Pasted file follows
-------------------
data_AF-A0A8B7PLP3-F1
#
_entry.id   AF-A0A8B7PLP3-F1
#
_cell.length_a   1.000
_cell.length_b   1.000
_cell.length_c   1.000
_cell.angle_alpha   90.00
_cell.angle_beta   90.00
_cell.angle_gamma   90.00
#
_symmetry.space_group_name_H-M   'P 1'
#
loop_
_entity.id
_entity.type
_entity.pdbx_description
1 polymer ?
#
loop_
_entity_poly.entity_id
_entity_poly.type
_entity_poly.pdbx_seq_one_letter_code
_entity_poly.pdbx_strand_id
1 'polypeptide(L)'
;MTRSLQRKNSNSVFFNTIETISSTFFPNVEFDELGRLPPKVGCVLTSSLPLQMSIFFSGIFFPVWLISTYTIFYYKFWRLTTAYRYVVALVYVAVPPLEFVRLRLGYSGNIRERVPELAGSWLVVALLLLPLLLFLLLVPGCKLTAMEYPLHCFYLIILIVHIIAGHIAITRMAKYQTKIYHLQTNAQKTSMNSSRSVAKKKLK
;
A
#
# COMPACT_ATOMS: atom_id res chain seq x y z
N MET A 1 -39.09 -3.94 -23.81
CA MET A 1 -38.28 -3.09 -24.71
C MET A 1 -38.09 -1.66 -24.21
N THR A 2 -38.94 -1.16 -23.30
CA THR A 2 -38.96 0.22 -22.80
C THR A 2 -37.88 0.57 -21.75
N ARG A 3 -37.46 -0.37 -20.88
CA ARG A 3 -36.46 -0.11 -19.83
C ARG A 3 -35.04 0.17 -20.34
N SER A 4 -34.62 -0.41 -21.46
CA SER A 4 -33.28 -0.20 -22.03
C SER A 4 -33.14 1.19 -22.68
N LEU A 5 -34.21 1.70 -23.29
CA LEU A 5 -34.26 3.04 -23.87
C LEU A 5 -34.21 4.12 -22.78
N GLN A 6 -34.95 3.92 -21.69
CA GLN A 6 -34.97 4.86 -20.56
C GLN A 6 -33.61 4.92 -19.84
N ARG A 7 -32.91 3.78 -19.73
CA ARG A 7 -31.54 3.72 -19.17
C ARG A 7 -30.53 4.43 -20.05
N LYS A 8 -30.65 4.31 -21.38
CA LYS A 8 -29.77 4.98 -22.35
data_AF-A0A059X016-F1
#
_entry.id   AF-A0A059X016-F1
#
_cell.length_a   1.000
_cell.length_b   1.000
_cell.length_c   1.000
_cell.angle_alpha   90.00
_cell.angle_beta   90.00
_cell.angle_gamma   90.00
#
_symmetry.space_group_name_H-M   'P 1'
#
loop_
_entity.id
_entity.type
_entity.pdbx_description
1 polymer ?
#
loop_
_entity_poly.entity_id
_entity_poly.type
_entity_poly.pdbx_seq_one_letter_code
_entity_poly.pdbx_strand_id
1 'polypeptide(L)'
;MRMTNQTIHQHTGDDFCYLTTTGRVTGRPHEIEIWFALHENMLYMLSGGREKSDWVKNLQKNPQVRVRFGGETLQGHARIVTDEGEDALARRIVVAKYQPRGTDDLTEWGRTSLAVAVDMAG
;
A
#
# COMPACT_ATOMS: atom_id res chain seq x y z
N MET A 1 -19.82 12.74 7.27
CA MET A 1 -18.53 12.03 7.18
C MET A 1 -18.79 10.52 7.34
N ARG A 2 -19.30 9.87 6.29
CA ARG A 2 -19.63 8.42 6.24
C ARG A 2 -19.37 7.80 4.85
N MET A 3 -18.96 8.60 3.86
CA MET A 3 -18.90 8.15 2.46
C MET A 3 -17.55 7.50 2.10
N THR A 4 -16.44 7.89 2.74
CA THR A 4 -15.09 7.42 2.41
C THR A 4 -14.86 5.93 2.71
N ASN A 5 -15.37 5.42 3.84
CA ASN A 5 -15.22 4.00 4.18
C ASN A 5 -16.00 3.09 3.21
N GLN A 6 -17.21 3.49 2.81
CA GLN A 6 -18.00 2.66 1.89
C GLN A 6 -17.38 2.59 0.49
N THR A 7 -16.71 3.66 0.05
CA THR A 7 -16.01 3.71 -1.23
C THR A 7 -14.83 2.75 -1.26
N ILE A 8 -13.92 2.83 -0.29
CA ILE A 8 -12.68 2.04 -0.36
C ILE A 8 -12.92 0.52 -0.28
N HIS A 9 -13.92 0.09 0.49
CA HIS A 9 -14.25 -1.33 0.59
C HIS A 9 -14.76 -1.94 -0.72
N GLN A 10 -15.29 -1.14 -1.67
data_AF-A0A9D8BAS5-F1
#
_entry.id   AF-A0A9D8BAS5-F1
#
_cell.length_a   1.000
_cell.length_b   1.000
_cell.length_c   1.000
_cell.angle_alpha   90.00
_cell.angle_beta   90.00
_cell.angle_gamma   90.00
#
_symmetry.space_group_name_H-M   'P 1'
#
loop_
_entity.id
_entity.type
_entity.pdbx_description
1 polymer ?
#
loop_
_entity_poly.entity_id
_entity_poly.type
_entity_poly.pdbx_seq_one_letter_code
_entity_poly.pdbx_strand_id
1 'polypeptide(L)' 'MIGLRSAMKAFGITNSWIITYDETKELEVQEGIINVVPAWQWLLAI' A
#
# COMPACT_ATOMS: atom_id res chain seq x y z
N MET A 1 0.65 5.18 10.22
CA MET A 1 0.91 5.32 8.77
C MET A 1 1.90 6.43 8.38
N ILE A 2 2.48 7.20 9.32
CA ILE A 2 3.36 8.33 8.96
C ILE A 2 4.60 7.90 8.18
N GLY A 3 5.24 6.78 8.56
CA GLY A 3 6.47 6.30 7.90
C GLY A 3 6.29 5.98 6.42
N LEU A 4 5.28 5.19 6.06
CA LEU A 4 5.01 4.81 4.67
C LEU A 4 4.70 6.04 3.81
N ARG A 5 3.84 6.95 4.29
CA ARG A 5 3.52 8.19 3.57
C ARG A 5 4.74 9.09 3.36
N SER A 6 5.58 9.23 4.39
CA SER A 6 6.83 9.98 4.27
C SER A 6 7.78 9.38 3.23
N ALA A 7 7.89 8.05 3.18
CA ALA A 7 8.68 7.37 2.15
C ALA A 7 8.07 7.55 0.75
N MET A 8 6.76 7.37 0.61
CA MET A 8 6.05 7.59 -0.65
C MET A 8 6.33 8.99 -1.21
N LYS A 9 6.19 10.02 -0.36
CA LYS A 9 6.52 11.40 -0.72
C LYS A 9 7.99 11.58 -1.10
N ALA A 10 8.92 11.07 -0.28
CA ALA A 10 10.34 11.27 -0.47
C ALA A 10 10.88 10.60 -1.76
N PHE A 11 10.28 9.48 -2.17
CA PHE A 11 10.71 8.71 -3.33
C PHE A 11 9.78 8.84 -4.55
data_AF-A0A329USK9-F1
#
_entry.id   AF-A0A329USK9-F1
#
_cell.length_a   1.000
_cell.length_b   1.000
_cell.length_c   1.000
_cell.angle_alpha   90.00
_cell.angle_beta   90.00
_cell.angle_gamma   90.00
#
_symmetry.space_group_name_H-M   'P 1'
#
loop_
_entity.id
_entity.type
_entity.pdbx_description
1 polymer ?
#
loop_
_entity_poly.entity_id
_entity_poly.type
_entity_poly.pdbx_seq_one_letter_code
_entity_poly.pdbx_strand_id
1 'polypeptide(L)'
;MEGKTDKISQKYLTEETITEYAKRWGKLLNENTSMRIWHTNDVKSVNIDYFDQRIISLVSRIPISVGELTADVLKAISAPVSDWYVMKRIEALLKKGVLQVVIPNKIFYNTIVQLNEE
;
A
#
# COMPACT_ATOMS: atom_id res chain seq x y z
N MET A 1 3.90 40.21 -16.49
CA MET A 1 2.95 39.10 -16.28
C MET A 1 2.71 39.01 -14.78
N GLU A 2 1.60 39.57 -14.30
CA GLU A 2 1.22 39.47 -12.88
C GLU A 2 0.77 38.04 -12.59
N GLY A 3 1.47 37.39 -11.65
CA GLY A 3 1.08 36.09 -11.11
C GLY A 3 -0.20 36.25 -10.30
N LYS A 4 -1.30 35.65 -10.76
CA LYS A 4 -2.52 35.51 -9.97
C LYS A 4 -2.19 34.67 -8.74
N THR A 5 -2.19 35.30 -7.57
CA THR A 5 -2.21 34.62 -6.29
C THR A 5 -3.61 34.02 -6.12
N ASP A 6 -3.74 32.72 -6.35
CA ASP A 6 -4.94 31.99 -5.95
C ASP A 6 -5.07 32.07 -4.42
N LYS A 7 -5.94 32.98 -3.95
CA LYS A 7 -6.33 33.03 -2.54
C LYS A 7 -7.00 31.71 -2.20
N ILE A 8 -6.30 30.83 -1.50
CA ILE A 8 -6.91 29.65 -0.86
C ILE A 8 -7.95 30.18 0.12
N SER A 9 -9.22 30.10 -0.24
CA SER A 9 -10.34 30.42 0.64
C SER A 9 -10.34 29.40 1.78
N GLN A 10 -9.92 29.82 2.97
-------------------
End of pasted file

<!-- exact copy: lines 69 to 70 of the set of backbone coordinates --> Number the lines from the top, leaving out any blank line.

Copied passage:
_entity.type
_entity.pdbx_description